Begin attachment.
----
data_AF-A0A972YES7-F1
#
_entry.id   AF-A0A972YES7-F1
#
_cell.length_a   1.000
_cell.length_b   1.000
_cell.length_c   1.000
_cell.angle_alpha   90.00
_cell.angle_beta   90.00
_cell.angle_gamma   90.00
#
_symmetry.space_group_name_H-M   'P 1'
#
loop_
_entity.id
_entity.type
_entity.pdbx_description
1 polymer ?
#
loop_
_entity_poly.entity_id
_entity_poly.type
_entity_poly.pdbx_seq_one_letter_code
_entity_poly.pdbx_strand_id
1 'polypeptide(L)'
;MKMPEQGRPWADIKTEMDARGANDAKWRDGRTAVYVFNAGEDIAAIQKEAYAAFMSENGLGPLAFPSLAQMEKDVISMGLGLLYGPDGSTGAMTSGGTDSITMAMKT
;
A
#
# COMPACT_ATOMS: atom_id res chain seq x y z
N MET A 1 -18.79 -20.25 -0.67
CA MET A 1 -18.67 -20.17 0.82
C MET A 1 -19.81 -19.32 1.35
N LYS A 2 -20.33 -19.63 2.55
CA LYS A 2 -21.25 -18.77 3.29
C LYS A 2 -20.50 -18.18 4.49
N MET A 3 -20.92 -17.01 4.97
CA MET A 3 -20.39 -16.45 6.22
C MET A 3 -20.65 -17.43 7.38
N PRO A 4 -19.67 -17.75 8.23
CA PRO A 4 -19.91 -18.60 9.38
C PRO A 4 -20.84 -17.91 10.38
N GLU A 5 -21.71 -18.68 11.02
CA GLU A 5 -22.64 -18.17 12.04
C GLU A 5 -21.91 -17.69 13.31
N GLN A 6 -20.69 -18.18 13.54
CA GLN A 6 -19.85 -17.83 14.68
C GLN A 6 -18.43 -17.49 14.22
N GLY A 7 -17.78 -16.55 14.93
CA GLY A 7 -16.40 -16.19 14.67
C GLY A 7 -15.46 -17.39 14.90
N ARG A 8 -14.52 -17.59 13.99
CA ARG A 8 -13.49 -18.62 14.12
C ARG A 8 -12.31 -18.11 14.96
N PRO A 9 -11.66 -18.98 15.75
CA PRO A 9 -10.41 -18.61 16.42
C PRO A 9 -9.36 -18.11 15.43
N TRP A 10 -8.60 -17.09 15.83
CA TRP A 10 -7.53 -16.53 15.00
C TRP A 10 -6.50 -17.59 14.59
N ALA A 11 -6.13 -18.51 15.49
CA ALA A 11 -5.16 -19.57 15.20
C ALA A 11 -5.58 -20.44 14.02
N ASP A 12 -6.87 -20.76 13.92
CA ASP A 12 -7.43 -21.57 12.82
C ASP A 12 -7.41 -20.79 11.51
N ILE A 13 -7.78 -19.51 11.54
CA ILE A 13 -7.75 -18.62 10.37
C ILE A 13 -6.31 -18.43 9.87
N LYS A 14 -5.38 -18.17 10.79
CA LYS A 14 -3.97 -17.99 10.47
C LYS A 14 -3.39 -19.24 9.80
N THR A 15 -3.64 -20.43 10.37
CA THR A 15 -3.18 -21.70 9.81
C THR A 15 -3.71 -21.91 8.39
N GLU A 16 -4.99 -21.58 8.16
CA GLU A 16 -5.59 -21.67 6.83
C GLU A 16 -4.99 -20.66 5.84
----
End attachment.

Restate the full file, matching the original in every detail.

data_AF-A0A972YES7-F1
#
_entry.id   AF-A0A972YES7-F1
#
_cell.length_a   1.000
_cell.length_b   1.000
_cell.length_c   1.000
_cell.angle_alpha   90.00
_cell.angle_beta   90.00
_cell.angle_gamma   90.00
#
_symmetry.space_group_name_H-M   'P 1'
#
loop_
_entity.id
_entity.type
_entity.pdbx_description
1 polymer ?
#
loop_
_entity_poly.entity_id
_entity_poly.type
_entity_poly.pdbx_seq_one_letter_code
_entity_poly.pdbx_strand_id
1 'polypeptide(L)'
;MKMPEQGRPWADIKTEMDARGANDAKWRDGRTAVYVFNAGEDIAAIQKEAYAAFMSENGLGPLAFPSLAQMEKDVISMGLGLLYGPDGSTGAMTSGGTDSITMAMKT
;
A
#
# COMPACT_ATOMS: atom_id res chain seq x y z
N MET A 1 -18.79 -20.25 -0.67
CA MET A 1 -18.67 -20.17 0.82
C MET A 1 -19.81 -19.32 1.35
N LYS A 2 -20.33 -19.63 2.55
CA LYS A 2 -21.25 -18.77 3.29
C LYS A 2 -20.50 -18.18 4.49
N MET A 3 -20.92 -17.01 4.97
CA MET A 3 -20.39 -16.45 6.22
C MET A 3 -20.65 -17.43 7.38
N PRO A 4 -19.67 -17.75 8.23
CA PRO A 4 -19.91 -18.60 9.38
C PRO A 4 -20.84 -17.91 10.38
N GLU A 5 -21.71 -18.68 11.02
CA GLU A 5 -22.64 -18.17 12.04
C GLU A 5 -21.91 -17.69 13.31
N GLN A 6 -20.69 -18.18 13.54
CA GLN A 6 -19.85 -17.83 14.68
C GLN A 6 -18.43 -17.49 14.22
N GLY A 7 -17.78 -16.55 14.93
CA GLY A 7 -16.40 -16.19 14.67
C GLY A 7 -15.46 -17.39 14.90
N ARG A 8 -14.52 -17.59 13.99
CA ARG A 8 -13.49 -18.62 14.12
C ARG A 8 -12.31 -18.11 14.96
N PRO A 9 -11.66 -18.98 15.75
CA PRO A 9 -10.41 -18.61 16.42
C PRO A 9 -9.36 -18.11 15.43
N TRP A 10 -8.60 -17.09 15.83
CA TRP A 10 -7.53 -16.53 15.00
C TRP A 10 -6.50 -17.59 14.59
N ALA A 11 -6.13 -18.51 15.49
CA ALA A 11 -5.16 -19.57 15.20
C ALA A 11 -5.58 -20.44 14.02
N ASP A 12 -6.87 -20.76 13.92
CA ASP A 12 -7.43 -21.57 12.82
C ASP A 12 -7.41 -20.79 11.51
N ILE A 13 -7.78 -19.51 11.54
CA ILE A 13 -7.75 -18.62 10.37
C ILE A 13 -6.31 -18.43 9.87
N LYS A 14 -5.38 -18.17 10.79
CA LYS A 14 -3.97 -17.99 10.47
C LYS A 14 -3.39 -19.24 9.80
N THR A 15 -3.64 -20.43 10.37
CA THR A 15 -3.18 -21.70 9.81
C THR A 15 -3.71 -21.91 8.39
N GLU A 16 -4.99 -21.58 8.16
CA GLU A 16 -5.59 -21.67 6.83
C GLU A 16 -4.99 -20.66 5.84